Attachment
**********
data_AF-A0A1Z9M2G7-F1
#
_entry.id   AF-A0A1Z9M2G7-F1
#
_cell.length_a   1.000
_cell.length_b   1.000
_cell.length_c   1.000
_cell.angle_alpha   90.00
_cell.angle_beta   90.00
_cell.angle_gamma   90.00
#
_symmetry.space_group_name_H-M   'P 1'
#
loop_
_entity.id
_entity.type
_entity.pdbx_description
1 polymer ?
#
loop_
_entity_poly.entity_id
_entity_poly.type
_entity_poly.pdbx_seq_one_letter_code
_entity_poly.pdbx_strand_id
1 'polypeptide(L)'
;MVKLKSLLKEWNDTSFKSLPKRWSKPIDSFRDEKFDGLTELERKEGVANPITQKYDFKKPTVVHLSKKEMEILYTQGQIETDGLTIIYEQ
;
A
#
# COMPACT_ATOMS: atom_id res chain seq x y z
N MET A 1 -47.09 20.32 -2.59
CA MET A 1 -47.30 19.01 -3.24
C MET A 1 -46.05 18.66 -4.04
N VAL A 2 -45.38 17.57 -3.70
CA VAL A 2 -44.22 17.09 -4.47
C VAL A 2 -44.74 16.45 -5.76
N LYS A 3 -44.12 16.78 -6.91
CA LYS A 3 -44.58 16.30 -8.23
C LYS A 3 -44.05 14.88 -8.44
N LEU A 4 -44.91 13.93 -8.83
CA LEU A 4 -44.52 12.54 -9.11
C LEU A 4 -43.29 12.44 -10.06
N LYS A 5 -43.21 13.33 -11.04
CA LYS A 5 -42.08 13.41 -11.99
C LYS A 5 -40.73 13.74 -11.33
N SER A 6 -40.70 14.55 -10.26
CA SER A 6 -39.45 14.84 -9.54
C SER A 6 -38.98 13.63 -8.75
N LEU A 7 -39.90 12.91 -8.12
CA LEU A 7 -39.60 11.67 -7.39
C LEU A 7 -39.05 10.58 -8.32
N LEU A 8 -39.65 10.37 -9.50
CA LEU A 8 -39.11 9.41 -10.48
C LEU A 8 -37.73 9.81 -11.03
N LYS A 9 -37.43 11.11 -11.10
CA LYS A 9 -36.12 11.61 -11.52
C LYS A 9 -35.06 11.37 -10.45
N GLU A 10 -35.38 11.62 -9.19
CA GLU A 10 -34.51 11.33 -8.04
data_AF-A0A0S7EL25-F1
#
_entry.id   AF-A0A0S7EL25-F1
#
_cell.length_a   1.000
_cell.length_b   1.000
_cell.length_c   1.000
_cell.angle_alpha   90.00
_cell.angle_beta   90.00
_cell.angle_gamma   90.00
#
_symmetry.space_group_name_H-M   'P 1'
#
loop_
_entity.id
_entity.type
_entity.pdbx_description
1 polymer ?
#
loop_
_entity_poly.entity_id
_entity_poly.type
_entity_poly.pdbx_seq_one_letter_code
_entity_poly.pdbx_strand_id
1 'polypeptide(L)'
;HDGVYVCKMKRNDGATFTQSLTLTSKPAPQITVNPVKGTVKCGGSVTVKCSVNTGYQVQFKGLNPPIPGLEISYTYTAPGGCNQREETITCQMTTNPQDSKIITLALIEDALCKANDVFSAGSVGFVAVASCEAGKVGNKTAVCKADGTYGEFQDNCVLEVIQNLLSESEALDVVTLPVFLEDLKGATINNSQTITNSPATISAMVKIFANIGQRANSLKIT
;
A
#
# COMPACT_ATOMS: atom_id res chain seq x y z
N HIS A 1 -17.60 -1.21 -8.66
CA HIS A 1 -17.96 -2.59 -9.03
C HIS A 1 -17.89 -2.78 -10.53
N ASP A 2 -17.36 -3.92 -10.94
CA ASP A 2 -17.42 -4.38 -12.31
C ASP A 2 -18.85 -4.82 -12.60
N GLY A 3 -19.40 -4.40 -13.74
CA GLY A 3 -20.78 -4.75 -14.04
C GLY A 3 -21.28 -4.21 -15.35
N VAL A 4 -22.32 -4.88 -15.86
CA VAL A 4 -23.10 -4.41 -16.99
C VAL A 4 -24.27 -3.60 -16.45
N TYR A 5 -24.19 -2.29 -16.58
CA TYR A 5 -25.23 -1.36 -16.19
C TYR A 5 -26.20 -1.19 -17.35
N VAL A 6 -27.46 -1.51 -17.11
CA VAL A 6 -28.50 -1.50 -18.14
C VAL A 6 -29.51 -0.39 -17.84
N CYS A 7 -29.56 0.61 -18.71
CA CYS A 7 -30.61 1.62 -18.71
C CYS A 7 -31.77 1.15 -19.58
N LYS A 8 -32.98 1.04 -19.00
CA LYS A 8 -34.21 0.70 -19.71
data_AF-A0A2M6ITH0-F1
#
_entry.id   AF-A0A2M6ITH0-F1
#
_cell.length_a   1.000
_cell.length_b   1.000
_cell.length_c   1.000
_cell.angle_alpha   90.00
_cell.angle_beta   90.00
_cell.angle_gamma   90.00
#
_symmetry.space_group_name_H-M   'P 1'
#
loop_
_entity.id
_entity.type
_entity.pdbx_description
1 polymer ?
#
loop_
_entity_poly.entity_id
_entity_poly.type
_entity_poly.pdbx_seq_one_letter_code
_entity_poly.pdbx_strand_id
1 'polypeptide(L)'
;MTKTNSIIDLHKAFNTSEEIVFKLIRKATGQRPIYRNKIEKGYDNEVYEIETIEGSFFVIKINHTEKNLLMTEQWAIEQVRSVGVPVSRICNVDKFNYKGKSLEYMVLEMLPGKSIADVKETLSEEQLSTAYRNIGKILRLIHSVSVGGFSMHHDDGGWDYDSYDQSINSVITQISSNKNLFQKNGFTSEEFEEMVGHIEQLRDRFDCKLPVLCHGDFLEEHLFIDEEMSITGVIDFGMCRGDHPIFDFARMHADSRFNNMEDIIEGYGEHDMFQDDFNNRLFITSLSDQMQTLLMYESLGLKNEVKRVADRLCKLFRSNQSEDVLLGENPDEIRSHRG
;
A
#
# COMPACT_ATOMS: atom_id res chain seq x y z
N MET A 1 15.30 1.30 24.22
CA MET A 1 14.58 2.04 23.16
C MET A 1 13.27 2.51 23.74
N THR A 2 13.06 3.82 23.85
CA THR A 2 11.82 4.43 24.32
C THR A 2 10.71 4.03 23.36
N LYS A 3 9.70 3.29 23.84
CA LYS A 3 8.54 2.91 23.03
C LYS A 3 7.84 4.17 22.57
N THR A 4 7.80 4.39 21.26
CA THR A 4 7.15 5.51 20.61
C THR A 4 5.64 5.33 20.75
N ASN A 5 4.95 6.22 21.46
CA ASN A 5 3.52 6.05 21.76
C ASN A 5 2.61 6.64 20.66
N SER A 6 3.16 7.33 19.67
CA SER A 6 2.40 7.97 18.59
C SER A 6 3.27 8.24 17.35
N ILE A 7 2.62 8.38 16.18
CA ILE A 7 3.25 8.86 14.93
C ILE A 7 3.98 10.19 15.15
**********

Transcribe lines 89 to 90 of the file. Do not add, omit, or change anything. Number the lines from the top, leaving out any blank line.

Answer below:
# COMPACT_ATOMS: atom_id res chain seq x y z
N HIS A 1 -17.60 -1.21 -8.66